Five Songs, 6/16/2017
Five Songs

Five Songs, 6/16/2017

Just narrowly missed "Buffalo Soldier", as played on a xylophone today. Dodged that bullet! Here's what we do have today.

Taylor Swift, "Style"

I try to not be totally ignorant of current pop music, but let's be honest: I usually am pretty ignorant. Every now and again, though, I'll just pick up an album that's been getting really good reviews, and I'll often enjoy it as a break from the usual grim frowny stuff we typically have around here. All of which is a long way of saying that, yeah, this album is pretty good.

Wu-Tang Clan, "The M.G.M."

It took about four years for the Wu-Tang clan to make the follow-up to the bombshell that was Enter The Wu-Tang (36 Chambers), what with all the solo albums that were made in the interim. By the time they got around to making Wu-Tang Forever, they decided to go for a double-album. Making a double-album isn't usually a great idea for anybody, and in rap in particular, usually leads to unfocused albums with far too much filler. Alas, Wu-Tang Forever is no exception. While there's enough great material on there to have made a fantastic single album, it's too stretched out as it was presented. I should go back and edit it down, but I'm too lazy.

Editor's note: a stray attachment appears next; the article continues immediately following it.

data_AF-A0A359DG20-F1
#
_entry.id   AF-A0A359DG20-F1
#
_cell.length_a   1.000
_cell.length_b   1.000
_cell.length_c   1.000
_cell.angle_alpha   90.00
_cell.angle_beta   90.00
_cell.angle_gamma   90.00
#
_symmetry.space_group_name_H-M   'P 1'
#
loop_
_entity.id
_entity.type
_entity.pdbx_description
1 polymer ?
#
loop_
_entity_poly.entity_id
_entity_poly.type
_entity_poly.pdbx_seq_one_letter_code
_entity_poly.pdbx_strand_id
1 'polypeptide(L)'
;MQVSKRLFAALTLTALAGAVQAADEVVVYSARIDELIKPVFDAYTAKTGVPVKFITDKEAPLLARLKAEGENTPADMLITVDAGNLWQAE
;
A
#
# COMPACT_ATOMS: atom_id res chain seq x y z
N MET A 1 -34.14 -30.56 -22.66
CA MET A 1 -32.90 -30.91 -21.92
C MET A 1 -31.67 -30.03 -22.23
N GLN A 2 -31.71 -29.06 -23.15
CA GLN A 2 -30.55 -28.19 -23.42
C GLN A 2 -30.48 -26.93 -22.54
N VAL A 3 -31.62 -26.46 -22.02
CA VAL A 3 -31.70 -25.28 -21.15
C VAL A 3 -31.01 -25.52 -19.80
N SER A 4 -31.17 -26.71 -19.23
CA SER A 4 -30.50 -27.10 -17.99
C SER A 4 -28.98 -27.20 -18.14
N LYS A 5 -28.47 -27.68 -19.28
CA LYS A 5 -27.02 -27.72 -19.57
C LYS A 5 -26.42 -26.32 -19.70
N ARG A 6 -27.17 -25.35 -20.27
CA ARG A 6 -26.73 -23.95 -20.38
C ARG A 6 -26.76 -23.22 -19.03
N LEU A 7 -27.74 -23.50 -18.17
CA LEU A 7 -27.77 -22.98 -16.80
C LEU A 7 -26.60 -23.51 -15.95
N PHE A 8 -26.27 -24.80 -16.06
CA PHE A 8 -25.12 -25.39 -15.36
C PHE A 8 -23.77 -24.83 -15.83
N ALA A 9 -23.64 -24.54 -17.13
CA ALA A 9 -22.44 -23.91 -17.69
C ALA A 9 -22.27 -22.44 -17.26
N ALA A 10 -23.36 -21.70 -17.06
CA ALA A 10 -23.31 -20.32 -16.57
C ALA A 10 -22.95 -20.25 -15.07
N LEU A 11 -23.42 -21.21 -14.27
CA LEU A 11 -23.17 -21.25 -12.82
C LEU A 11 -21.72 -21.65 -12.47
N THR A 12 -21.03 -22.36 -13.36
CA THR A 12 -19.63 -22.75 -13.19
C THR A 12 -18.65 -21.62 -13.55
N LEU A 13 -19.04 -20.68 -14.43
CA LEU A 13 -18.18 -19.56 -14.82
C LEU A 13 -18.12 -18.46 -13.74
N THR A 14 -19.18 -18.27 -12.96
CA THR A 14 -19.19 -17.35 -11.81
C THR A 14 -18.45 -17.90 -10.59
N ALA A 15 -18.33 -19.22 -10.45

Voodoo Glow Skulls, "Shoot The Moon"

Voodoo Glow Skulls are back with the usual "hardcore with horns" thing, this time the opener to their second album.

Firewater, "Strange Life"

Firewater is the band started by bassist Tod Ashley after the breakup of noise rock stalwarts Cop Shoot Cop. Started as a bit of an underground supergroup, Duane Denison (The Jesus Lizard), Yuval Gabay (Soul Coughing), and Kurt Hoffman (who worked with the Jon Spencer Blues Explosion) all contributed to the great first couple albums. Driven by Ashley's dark lyrics and sardonic delivery, Firewater also mixed in influences from many non-rock musical traditions, including things as diverse as waltzes and klezmer.

After the re-election of George W. Bush and the breakup of his marriage, Tod Ashley traveled around the world, picking up even more non-Western influences as well as a new collaborator, Tamir Muskat (Balkan Beat Box), which brought all kinds of new sounds. The next two records made by the band, 2008's The Golden Hour and the album this song is from, 2012's International Orange, are their best records, and really don't have many points of comparison. Probably Tom Waits is the closest? Anyway, they're one of my favorite bands.

Descendents, "Mr. Bass"

Snotty punk band Descendents were a staple of my high school years, with their fast but catchy tunes mostly about women and food. For a teenager, really what more do you need? I'm not sure the Descendents have been surpassed in that area, honestly.

Joshua Buergel
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